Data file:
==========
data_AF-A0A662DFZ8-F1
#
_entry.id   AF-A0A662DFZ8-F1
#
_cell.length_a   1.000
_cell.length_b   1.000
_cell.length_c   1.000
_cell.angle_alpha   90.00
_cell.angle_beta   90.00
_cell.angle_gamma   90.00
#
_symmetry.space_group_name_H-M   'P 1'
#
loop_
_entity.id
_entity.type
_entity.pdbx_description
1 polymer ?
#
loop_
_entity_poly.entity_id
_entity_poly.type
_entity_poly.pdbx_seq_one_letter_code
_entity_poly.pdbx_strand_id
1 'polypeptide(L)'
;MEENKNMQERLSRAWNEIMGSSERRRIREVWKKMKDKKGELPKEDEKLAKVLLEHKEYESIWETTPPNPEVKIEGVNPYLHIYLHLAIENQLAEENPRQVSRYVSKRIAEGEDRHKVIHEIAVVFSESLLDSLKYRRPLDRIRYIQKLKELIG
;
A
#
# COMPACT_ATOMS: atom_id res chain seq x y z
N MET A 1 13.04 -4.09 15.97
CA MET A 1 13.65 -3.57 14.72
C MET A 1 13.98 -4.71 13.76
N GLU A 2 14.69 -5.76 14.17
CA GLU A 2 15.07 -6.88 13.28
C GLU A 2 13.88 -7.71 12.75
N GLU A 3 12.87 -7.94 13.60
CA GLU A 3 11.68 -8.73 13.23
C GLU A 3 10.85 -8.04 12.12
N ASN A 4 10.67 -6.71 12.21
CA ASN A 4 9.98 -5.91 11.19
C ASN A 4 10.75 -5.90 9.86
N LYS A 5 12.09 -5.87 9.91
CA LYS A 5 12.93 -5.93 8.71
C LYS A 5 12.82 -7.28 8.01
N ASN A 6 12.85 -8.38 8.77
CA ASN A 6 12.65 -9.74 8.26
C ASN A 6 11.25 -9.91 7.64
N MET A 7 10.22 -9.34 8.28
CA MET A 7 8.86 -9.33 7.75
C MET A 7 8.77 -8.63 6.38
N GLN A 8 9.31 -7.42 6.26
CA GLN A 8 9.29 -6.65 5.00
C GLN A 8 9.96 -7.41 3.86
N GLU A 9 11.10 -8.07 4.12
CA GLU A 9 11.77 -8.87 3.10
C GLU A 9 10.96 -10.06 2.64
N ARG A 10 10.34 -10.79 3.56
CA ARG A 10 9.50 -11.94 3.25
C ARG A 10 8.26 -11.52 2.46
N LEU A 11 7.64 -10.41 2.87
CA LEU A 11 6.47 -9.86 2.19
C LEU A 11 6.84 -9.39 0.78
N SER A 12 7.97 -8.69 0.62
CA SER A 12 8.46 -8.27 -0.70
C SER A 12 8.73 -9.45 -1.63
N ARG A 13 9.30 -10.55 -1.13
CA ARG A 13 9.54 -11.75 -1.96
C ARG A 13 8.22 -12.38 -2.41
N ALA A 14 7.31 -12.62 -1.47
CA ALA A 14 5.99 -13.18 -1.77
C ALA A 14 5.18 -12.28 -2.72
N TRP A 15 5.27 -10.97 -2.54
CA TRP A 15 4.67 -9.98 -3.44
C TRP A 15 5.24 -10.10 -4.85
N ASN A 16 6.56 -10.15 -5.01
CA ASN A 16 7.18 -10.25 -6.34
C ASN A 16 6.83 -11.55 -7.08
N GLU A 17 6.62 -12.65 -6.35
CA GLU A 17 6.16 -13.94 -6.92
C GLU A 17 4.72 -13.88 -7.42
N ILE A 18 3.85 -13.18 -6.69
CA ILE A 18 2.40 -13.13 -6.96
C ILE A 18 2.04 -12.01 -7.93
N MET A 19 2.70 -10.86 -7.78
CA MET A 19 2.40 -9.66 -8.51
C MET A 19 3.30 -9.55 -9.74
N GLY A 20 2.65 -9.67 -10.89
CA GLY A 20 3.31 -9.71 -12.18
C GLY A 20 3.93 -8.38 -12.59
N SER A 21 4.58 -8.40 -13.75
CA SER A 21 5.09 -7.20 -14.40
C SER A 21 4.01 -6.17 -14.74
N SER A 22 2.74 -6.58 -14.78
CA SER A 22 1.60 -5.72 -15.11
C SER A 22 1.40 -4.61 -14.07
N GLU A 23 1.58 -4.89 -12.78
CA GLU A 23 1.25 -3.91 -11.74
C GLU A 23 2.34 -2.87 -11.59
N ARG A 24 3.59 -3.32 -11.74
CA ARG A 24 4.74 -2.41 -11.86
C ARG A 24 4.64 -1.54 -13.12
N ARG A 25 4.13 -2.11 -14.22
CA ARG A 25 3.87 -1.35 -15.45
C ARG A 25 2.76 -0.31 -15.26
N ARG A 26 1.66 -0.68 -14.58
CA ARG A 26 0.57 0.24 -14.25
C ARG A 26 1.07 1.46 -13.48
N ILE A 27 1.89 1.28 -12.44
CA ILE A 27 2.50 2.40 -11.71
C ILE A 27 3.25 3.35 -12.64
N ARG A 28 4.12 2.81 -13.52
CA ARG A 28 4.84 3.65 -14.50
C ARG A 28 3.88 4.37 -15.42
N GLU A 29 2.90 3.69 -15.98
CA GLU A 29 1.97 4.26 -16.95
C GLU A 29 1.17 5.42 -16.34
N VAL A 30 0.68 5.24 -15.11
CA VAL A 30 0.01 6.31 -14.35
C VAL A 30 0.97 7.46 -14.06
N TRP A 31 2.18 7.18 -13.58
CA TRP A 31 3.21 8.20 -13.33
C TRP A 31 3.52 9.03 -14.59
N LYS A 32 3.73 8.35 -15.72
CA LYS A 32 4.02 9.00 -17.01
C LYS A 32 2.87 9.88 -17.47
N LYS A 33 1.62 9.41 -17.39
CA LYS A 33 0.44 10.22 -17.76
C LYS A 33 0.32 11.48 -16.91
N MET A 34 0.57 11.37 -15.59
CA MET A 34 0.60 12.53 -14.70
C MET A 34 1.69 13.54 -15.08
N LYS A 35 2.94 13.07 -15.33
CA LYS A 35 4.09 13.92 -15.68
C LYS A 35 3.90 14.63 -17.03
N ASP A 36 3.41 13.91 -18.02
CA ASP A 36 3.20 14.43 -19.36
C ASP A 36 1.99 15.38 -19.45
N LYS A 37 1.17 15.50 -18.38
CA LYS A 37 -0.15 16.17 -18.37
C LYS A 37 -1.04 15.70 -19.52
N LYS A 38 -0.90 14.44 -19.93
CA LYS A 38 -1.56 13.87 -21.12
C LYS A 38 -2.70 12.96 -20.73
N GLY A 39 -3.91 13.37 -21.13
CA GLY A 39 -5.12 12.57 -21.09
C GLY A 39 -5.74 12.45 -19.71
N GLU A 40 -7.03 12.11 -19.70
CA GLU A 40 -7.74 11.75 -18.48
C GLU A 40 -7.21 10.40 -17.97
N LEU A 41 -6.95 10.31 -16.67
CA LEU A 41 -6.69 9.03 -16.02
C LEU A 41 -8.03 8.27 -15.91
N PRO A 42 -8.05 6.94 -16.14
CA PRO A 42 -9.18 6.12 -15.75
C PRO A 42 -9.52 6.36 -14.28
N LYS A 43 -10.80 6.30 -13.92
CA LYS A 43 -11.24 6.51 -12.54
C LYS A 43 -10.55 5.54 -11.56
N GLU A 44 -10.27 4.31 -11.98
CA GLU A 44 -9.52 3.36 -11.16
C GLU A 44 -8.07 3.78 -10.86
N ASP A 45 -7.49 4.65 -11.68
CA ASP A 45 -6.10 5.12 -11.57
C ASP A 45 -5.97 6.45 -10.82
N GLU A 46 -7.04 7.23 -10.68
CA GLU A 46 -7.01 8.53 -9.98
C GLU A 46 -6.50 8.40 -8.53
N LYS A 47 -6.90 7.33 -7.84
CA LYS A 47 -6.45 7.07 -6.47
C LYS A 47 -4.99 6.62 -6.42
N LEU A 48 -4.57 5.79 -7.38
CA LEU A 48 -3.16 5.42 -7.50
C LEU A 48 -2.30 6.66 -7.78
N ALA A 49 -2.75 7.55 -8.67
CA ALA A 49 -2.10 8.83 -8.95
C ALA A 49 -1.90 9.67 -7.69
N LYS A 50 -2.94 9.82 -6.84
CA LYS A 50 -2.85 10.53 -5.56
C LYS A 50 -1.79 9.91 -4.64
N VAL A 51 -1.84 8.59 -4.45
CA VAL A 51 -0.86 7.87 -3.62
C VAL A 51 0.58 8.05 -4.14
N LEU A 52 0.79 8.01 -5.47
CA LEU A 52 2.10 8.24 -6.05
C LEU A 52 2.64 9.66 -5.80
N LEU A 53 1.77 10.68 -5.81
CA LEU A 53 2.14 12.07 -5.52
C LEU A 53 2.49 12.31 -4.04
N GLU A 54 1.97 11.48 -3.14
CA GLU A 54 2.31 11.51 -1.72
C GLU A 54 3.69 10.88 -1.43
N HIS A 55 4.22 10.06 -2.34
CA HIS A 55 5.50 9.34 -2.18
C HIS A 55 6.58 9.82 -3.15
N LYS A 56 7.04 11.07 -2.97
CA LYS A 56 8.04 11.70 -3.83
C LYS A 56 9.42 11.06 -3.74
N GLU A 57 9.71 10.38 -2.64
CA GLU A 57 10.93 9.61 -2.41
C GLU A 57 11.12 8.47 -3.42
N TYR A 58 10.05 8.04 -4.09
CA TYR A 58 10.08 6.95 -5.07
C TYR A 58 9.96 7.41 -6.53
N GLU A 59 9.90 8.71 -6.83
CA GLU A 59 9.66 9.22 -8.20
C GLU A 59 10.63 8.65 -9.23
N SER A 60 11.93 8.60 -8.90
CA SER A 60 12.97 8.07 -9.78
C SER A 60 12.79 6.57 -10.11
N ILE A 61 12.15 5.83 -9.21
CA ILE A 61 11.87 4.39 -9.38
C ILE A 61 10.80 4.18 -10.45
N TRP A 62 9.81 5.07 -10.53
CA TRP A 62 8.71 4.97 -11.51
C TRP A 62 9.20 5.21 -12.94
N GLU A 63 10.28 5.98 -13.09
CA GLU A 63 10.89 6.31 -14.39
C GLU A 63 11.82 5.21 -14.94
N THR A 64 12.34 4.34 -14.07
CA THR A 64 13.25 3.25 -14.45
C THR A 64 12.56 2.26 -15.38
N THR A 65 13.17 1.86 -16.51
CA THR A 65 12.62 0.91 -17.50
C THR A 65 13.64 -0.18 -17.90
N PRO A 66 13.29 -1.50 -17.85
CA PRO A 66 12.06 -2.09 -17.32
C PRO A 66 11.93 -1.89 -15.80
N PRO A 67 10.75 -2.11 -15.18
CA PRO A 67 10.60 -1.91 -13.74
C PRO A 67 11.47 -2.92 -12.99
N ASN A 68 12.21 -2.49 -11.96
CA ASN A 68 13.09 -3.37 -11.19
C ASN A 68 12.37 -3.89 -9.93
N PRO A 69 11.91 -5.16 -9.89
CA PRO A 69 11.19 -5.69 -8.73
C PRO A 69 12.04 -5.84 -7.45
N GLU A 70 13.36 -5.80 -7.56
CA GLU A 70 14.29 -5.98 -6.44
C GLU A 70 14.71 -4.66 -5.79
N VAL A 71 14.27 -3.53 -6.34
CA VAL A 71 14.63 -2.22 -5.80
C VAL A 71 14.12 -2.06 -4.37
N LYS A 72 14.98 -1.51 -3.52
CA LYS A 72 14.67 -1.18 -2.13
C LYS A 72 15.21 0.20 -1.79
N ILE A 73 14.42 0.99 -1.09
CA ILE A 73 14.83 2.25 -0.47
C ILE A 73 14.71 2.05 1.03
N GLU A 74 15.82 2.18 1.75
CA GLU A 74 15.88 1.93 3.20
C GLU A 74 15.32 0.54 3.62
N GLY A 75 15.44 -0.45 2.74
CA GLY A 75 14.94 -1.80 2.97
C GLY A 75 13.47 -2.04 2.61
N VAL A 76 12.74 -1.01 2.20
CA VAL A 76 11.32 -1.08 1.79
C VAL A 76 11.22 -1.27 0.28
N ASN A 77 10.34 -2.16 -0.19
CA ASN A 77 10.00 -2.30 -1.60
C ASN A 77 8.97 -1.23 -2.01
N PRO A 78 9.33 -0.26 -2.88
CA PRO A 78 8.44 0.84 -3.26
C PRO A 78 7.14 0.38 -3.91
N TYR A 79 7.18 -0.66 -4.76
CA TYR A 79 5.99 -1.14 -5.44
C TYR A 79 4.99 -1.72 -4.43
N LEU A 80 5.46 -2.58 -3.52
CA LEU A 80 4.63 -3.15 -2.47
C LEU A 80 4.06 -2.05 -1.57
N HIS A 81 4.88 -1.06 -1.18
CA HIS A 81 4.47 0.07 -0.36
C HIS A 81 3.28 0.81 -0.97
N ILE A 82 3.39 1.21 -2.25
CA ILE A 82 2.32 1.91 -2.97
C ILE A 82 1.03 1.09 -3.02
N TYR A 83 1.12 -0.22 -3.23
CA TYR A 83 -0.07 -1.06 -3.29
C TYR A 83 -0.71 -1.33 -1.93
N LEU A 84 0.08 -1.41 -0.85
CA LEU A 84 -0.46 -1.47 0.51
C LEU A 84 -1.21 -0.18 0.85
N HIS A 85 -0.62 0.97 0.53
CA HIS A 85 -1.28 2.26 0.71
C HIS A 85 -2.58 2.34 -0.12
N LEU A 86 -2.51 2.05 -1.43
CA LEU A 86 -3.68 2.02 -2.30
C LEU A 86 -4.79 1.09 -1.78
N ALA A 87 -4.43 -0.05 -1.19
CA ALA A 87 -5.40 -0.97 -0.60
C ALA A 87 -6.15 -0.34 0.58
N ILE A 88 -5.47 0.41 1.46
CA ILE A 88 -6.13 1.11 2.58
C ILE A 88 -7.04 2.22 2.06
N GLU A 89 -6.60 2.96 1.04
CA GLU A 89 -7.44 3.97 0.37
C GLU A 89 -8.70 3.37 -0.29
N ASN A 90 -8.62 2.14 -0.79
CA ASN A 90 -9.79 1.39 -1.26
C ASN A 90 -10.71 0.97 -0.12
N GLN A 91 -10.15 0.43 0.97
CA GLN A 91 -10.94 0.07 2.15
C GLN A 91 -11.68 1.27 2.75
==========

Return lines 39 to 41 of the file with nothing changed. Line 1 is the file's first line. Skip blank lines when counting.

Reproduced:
C GLU A 3 10.85 -8.04 12.12
N ASN A 4 10.67 -6.71 12.21
CA ASN A 4 9.98 -5.91 11.19